Author + information
- Payal Sharma1,
- Tonga Nfor2,
- Daniel Ortiz2,
- M. Fuad Jan2,
- Jayant Khitha2,
- Suhail Q. Allaqaband2,
- Tanvir Bajwa2 and
- Mark W. Mewissen3
- 1Department of Internal Medicine, Aurora Sinai/Aurora St. Luke's Medical Centers, Milwaukee, Wisconsin, United States
- 2Aurora Cardiovascular Services, Aurora Sinai/Aurora St. Luke's Medical Centers, University of Wisconsin School of Medicine and Public Health, Milwaukee, Wisconsin, United States
- 3Aurora St. Luke’s Vascular Center, Aurora St. Luke’s Medical Center, University of Wisconsin School of Medicine and Public Health, Milwaukee, Wisconsin, United States
The use of atherectomy devices for the treatment of lower extremity arterial disease has been increasing despite sparse evidence of clinical benefit. The primary goal of intervention on occlusive arterial disease of tibial and peroneal arteries (TPA) is to prevent limb loss. We sought to compare rates of ipsilateral limb amputation, long-term vessel patency, and angiographic outcomes after endovascular intervention using atherectomy and balloon angioplasty on TPA for critical limb ischemia.
Using the multicenter PVI Registry™ we identified all patients with isolated endovascular intervention on TPA for occlusive disease Rutherford category 4 to 6 using atherectomy as first treatment device or balloon angioplasty. The 2 treatment groups were matched 1:1 by clinical and angiographic characteristics.
There were 1454 patients, with 2183 arteries treated, in the atherectomy group, and 1454 patients, with 2141 arteries treated, in the angioplasty group. Median follow-up time was 507 days. Mean age was 69 years ± 11.7 and the mean occluded length was 6.9 mm ± 6.5. The amputation rate was lower in the atherectomy group than the angioplasty group, 6.2% vs. 8.3%, p = 0.013, odds ratio 0.73 (95% confidence interval 0.57 to 0.94). This difference was driven by minor amputations. Procedural technical success was higher with atherectomy than angioplasty balloon 96.8% vs. 95%, p = 0.004. Vessel patency at 6 months was similar between atherectomy and balloon angioplasty, 66 vs. 63.5%, p = 0.35. There was no significant difference in the rates of vessel dissection, perforation, or distal embolization during the procedure. As shown in the table, contrast use and fluoroscopy time were significantly higher in the atherectomy group.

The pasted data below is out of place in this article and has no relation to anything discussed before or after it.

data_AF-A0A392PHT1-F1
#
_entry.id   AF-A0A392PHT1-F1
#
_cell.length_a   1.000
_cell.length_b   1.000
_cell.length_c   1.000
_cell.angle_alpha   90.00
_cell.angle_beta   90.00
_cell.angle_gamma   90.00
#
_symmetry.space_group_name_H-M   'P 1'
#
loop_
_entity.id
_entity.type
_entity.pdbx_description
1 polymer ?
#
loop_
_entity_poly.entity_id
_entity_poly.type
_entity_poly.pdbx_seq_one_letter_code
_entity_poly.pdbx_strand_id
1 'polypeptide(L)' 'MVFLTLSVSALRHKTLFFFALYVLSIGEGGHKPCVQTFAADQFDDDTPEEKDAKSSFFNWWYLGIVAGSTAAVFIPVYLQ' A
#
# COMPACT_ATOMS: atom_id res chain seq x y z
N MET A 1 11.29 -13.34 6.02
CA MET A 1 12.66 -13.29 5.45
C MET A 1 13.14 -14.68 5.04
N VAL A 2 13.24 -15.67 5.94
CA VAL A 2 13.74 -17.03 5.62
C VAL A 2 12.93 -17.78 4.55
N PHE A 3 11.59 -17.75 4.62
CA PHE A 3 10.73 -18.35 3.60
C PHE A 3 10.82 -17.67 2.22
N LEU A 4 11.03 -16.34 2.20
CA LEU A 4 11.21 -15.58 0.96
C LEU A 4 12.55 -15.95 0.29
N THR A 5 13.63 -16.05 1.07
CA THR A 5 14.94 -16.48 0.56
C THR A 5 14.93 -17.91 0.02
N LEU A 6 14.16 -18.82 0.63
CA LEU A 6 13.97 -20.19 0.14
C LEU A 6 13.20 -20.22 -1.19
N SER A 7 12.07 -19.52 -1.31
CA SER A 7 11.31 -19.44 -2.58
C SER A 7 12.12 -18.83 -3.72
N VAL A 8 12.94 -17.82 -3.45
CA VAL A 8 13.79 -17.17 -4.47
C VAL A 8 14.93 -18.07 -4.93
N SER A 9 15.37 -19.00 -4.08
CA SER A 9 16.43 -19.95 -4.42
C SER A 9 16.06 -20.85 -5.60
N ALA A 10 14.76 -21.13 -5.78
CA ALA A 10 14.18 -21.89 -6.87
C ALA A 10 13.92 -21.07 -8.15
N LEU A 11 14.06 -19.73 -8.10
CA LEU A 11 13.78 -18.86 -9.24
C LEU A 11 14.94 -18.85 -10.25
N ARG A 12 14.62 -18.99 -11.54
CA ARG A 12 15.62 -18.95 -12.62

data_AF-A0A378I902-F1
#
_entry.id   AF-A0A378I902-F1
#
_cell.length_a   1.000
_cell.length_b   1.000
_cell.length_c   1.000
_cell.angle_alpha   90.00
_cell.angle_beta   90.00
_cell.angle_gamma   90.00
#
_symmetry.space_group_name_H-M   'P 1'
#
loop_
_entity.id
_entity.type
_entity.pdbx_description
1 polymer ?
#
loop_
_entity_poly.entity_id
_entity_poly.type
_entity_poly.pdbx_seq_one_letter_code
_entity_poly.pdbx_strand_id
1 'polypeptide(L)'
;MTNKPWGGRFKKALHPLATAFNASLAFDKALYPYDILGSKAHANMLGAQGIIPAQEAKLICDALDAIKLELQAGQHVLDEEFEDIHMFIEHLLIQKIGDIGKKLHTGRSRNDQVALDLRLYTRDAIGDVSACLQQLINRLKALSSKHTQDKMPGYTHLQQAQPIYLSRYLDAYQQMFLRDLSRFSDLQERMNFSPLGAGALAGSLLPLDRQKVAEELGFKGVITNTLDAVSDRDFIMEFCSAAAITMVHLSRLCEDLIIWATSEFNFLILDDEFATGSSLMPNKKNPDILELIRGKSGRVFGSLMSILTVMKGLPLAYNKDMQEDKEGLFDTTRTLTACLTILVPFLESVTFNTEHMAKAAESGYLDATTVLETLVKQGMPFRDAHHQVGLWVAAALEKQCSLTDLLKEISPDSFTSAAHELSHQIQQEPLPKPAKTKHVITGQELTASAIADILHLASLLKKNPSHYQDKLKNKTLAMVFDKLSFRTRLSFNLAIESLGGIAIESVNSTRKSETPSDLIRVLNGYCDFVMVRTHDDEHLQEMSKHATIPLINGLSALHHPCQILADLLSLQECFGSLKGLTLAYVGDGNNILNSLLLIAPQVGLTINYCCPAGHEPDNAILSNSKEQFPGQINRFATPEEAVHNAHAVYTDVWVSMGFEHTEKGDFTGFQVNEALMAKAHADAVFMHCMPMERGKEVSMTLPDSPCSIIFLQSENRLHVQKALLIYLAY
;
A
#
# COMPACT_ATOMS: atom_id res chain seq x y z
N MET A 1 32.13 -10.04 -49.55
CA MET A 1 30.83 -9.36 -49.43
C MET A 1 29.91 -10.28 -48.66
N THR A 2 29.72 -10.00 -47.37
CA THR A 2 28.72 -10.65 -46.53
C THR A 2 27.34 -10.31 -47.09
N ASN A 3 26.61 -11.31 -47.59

|Atherectomy||Balloon angioplasty||p value|
|Ipsilateral limb amputation Major amputation Minor amputation 6-month patency||6.2% 4.5% 3% 66%||8.3% 4.6% 4.1% 63.5%||0.01 0.86 0.08|
|Technical success Distal embolization Arterial perforation Arterial dissection Stent use Contrast volume in mL, mean ±SD Fluoroscopy time, mean ± SD||92.9% 1.2% 1.3% 2.3% 4.5% 103.6 ± 65.7 24.9 ± 16.9||91% 1.1% 0.6% 2.5% 6.3% 86.7 ± 58.3 20.3 ± 15.4||0.07 0.73 0.06 0.67 0.01 <0.001 <0.001|
In patients with critical limb ischemia from occlusive TPA disease, the use of atherectomy was associated with a decrease in the rate of incident amputation.
ENDOVASCULAR: Peripheral Vascular Disease and Intervention